Making Plowshares

Some visions of rapture are saturated with doom and gloom of inevitable war where the good will be saved and the evil will parish. There is nothing for us to do but wait, and try to be on the good side when the flaming end comes. Other visions are a bit more hopeful. Yesterday I worked on Isaiah 2 with the youth at church. The fourth verse reads:

He shall judge between the nations,
and shall arbitrate for many peoples;
they shall beat their swords into plowshares,
and their spears into pruning hooks;
nation shall not lift up sword against nation,
neither shall they learn war any more.

Isaiah gives us a hopeful look at the end of times. Violence is not part of God’s vision. We know the end is near when our fighting turns into coming together to create instead of destroy. We are active in Isaiah’s vision for the end times. There is work for us to do. It is dark, but the light is coming.

Where we think the world is headed and how we think the world will end influences how we live today. If the world can know a time of no war, we must wonder what we can do to help. Advent is a time of waiting for the coming of the light of Christ, the messianic age. Isaiah’s vision of the end times encourages us to think about how our actions matter in that time of waiting. If the end times is characterized by farm work and an absence of war, we have some work to do! For some, it is literally turning weapons into agricultural tools:

So inspiring, but turning weapons into plowshares is not realistic for all of us. What can we do with this Advent challenge from Isaiah to get busy ending war and giving farmers tools to work with? I love that verse four moves from war to farming, and there are plenty of amazing organizations that are committed to new models of agricultural support that are lifting up women in extreme poverty. By supporting these organizations that are helping get access to land and water, fair wages and bank credit, we can be part of creation over destruction. It can be our way of making tools and ending war. Here is an example from Charity Water:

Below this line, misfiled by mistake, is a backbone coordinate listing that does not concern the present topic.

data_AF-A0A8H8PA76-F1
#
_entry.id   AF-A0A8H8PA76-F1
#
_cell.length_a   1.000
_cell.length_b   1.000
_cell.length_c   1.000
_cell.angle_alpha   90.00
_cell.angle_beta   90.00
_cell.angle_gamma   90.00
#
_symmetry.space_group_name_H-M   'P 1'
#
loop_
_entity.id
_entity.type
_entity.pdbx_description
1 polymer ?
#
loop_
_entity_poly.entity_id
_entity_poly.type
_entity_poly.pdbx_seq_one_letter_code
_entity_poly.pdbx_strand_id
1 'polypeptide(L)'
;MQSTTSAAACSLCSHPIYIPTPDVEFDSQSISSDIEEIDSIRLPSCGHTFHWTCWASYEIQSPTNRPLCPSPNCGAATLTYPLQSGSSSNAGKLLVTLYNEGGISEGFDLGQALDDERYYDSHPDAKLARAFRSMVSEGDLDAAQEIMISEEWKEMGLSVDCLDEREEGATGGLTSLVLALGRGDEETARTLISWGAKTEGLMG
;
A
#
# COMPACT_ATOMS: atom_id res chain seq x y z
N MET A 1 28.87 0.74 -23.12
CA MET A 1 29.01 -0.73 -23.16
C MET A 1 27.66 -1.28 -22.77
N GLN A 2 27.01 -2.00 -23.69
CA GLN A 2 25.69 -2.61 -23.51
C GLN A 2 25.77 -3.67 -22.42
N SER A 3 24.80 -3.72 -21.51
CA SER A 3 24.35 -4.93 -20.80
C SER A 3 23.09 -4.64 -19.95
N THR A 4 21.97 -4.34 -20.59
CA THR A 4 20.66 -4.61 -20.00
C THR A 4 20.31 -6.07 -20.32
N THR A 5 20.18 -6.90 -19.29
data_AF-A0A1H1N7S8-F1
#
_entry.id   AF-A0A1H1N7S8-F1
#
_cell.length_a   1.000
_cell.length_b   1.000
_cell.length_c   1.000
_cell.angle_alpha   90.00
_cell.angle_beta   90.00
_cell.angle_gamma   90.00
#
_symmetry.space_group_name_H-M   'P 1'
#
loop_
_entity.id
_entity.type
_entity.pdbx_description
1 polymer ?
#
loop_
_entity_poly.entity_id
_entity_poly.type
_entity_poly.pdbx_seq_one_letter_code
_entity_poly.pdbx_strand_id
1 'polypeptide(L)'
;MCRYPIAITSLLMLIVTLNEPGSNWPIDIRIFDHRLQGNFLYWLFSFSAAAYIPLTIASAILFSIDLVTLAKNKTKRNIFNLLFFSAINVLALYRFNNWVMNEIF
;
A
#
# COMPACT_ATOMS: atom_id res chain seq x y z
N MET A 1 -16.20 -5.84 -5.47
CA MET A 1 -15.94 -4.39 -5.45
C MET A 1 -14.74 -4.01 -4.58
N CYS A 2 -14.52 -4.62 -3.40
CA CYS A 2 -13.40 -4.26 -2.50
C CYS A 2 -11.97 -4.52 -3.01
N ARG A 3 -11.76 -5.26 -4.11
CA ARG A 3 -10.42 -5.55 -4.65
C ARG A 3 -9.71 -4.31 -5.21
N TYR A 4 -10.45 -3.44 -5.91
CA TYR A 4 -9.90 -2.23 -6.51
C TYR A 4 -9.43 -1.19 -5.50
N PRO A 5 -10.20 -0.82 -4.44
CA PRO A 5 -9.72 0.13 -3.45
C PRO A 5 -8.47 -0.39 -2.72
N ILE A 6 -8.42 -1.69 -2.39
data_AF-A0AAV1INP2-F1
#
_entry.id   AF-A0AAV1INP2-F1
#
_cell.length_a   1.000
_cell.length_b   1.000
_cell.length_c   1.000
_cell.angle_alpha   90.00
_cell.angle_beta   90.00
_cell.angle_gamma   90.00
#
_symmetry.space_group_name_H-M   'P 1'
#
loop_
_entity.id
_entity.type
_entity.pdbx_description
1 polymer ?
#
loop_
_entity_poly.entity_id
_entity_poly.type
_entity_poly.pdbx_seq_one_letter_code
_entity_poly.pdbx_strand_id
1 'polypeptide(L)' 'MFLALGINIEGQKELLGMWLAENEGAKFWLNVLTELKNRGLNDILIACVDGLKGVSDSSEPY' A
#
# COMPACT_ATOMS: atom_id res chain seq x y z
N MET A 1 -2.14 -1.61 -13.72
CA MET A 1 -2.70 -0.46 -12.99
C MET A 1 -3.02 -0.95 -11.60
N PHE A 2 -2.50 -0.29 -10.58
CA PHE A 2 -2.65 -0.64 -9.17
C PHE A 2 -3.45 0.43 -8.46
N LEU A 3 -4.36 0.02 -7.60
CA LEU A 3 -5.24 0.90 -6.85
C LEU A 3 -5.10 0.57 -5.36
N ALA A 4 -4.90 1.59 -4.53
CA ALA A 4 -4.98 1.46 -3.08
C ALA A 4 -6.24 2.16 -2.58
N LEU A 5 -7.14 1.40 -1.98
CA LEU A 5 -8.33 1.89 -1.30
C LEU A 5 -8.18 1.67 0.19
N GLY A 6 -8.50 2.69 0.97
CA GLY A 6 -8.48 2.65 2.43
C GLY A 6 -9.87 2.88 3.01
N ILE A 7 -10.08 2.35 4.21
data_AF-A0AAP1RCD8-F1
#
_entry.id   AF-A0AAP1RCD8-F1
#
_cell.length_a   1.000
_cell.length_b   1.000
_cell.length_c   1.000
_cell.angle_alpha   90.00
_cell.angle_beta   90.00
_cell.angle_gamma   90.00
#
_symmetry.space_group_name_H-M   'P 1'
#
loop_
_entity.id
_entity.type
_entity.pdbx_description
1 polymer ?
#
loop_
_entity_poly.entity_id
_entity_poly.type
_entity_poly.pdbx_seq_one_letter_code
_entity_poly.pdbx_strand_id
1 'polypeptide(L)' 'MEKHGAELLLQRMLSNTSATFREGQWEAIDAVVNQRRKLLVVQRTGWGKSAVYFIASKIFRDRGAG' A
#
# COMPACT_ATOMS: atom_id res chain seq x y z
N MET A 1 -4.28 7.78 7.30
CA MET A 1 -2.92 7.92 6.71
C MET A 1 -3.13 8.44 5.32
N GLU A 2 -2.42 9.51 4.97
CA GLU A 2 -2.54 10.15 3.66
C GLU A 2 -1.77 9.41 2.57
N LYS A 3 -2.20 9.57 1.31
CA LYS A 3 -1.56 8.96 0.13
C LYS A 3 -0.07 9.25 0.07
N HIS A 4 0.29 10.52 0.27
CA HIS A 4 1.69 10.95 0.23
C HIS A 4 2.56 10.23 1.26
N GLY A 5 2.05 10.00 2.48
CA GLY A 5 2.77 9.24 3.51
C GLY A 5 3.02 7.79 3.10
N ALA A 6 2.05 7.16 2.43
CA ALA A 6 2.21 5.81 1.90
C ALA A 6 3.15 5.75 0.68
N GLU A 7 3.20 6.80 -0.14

Lutheran World Relief is another organization that has been working with women farmers in Latin America, Asia and Africa to form small farmer co-ops for decades. Their tripartite model gives farmers security with banks until they can earn good credit. They offer literacy programs to help women farmers be more effective in their businesses. They build irrigation systems and facilitate diversification of crops. And it’s working.

Living Advent in Minnesota, where the ground is cold and covered with snow, plowshares are not the first thing on my mind. But I do think that investing in organizations that are experts in innovative and compassionate work with water and land is a good way to commit to live this season and move toward peace. What organizations do you trust doing food and water justice work around the world?

Published by Ellie Roscher

Ellie Roscher is the author of How Coffee Saved My Life, and Other Stories of Stumbling to Grace. She holds a master’s degree in Theology/Urban Ministry from Luther Seminary and an MFA in Creative Nonfiction writing at Sarah Lawrence College.

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